Thursday, 5 July 2012

Whale sanctuary bid for South Atlantic falls short


A proposal to declare a whale sanctuary in the South Atlantic Ocean has been defeated at the International Whaling Commission (IWC) annual meeting.
Latin American countries argued that declaring a sanctuary would help whale conservation and whale-watching.
The bid gained more than half of the votes but fell short of the three-quarters majority needed to pass.
Observers noted that the vote was orderly and without rancour, in marked contrast with previous years.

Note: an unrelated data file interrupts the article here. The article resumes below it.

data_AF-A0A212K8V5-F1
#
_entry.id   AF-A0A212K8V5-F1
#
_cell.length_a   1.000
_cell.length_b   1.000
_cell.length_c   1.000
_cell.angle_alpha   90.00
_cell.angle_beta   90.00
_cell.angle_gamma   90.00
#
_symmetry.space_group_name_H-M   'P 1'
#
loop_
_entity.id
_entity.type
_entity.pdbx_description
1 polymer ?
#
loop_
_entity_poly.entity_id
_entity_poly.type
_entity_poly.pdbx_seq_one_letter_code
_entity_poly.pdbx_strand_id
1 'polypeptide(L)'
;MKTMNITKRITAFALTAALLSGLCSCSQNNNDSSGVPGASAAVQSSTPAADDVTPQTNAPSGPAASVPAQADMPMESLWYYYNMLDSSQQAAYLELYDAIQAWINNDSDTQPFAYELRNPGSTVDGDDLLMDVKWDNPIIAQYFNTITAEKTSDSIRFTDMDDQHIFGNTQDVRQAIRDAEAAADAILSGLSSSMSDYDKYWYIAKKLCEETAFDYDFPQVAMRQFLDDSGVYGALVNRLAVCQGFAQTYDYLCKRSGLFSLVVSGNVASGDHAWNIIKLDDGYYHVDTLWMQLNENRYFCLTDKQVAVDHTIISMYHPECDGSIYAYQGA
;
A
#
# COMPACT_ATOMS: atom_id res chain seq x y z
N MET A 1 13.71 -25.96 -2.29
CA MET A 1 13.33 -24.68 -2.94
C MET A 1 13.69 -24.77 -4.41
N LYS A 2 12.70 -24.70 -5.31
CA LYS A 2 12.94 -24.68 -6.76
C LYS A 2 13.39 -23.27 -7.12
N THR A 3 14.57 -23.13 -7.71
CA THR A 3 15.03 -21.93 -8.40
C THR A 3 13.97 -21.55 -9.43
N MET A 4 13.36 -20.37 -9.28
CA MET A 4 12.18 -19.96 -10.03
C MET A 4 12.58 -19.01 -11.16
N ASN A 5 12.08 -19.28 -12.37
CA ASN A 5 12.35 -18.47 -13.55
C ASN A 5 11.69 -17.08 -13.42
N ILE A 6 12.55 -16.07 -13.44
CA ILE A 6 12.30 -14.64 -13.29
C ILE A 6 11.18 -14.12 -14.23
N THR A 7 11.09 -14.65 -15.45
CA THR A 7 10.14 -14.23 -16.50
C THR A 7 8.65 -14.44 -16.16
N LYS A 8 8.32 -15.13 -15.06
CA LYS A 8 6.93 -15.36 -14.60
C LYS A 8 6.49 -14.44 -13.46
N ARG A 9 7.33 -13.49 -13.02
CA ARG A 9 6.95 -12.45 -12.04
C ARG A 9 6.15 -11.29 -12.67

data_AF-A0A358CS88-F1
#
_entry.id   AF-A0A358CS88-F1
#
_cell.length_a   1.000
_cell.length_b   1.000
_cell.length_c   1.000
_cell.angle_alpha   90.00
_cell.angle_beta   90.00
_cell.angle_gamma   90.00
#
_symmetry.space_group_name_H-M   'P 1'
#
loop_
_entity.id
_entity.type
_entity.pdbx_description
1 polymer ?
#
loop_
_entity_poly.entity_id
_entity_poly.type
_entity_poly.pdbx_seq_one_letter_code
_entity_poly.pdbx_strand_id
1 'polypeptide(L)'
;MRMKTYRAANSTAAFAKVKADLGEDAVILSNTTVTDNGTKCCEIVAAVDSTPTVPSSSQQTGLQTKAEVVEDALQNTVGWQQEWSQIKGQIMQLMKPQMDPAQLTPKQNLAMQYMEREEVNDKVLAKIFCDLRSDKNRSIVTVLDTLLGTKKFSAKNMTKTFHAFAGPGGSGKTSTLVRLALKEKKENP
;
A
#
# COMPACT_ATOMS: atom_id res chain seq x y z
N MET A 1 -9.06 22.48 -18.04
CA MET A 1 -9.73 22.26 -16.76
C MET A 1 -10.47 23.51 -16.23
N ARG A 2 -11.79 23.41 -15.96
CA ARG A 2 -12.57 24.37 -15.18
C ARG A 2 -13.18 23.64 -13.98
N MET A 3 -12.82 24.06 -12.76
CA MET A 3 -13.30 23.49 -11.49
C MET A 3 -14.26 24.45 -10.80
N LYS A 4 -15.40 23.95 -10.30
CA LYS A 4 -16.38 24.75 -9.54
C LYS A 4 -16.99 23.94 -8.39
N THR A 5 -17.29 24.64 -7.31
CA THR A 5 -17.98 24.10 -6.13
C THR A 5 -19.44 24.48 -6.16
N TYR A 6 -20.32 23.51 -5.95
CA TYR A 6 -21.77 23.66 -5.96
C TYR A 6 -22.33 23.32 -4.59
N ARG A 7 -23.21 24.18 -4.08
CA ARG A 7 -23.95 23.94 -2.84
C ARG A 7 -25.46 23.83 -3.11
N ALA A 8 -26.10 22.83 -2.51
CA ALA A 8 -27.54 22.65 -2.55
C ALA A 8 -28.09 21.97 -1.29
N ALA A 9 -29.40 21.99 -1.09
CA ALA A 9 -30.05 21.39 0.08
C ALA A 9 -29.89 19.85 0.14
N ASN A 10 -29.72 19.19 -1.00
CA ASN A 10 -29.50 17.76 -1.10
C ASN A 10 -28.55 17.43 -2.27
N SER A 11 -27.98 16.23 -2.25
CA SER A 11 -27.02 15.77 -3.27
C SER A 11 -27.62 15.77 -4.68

Further votes at the meeting in Panama are anticipated, on issues ranging from subsistence hunting by indigenous peoples to whether the United Nations should be asked to take charge of whale conservation.
Eco-tourism
Marcos Pinta Gama, Brazil's commissioner to the IWC, said he was disappointed by the result, but pleased that the vote had happened.
"We believe that the sanctuary is a very important initiative in order to ensure the protection of whales within the whole South Atlantic, to promote the non-lethal use of cetaceans and and benign research that's important for conserving whales," he told BBC News.

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